The City Slumbers

 

Radislov Zilinsky

 

The city speaks to me, each night, as the rich smell of wood smoke and the eternal thunder of cascading water embrace me, guiding me to my dreams. It takes a conscious will of effort to notice it standing forever above our heads – the Forbidden City, stretching silver fingers high, as though man in his hubris had tried to reach out and grasp the heavens. The city calls to me as I wake, long shadows flung like teeth across our village in the light of dawn, it calls to me each night as we light our fires, golden-tongued flames thrown-up as shields to guard against its presence.

The others look away, their eyes never straying above the rock-wall, never curious about the treasures held long-forgotten. They look away, whether subconsciously or by some Herculean effort, curious only about the harvest, or how full the water tower is, or whether the windmill keeps turning. They cast their lines into still waters, never following the quicksilver flicker of the line, never watching the joyous, freefalling flight of hawks as they plunder our fishery. I want answers. I want to know. I ask myself daily questions, single words held silently from my tongue as Jonah mentions the birthing of new lambs, as Ezra talks of building new bridges of stone. “Who were they?” I want to ask. “What happened?”

“Why do we live here in the shadows?”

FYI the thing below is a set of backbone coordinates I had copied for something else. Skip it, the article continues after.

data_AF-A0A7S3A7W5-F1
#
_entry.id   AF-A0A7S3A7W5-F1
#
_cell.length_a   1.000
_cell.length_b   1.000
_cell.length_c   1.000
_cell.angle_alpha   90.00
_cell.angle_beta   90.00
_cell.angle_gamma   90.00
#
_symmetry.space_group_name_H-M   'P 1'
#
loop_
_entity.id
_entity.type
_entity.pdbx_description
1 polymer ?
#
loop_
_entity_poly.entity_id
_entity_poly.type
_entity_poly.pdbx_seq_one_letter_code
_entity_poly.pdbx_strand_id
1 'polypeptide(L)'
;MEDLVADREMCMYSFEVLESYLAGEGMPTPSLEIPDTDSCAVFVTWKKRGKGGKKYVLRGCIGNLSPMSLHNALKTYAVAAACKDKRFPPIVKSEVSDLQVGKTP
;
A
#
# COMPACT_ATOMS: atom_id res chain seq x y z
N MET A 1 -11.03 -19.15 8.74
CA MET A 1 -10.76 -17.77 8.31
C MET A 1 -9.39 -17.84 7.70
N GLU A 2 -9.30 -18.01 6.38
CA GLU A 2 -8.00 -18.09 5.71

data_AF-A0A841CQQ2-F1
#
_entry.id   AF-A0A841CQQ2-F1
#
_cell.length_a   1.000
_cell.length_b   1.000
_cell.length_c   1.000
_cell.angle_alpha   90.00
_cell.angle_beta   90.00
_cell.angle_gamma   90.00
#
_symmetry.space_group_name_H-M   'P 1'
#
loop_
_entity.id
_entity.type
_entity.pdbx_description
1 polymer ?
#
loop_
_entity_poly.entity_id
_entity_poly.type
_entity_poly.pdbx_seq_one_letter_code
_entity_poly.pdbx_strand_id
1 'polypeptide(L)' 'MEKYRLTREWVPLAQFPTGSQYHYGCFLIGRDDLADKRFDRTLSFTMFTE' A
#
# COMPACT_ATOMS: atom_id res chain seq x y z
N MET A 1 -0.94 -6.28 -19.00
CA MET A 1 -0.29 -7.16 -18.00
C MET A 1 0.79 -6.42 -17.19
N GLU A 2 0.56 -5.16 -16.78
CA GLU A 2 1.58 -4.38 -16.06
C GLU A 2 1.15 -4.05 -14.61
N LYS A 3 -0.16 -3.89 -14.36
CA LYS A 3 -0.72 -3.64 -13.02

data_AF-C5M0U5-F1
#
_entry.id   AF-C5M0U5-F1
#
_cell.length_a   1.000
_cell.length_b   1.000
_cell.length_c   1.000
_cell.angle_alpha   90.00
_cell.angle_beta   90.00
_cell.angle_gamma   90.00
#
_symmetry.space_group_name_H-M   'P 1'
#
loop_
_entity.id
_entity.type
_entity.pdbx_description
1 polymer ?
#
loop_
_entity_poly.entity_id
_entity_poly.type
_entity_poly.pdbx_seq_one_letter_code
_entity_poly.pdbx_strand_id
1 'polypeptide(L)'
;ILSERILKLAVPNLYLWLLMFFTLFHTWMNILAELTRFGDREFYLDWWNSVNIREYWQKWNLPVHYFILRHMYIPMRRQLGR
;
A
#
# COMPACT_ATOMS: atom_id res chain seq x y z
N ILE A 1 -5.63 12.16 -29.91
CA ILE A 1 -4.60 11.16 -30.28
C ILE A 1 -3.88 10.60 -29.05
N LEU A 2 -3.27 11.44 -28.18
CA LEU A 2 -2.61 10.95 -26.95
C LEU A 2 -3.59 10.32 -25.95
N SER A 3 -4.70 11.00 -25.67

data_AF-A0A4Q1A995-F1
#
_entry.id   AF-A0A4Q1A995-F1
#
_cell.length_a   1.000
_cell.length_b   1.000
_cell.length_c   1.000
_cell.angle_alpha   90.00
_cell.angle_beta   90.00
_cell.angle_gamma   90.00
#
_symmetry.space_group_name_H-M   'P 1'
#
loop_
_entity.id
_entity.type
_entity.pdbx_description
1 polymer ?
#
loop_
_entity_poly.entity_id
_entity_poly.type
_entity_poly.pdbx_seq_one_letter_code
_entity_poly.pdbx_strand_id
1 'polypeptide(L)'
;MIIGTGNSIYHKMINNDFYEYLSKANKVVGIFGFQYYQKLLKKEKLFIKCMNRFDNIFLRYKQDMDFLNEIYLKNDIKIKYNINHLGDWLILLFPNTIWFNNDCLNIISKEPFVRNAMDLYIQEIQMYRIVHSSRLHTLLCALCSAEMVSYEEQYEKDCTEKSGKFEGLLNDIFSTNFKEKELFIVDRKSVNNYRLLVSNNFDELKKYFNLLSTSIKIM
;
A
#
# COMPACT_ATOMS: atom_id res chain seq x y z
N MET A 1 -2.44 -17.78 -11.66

They found me out. Father Levi heard my muted questions escaping in the cool of night, my mind betrayed me to these uncurious, uninterested cowards. My love brought me flowers and honey cakes, when what I need is a blade. I’ll fashion one from the spoon they have given me.

The city is calling. Soon I will go to her, wearing their blood as a talisman.

My city is calling me.

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One thought on “The City Slumbers

  1. aethor says:

    The evocation of paranoia…it’s an artform within an artform. What I really like about the post is that you paint such a lush, beautiful image that is to be tainted by the motivations of the narrator.
    I definitely enjoyed the change of pace toward the end of the work, I only wish to know more about this character and his situation. Perhaps expand it into a longer short story? Think about it.

    – Luke.
    Find me at http://lukerian.wordpress.com/

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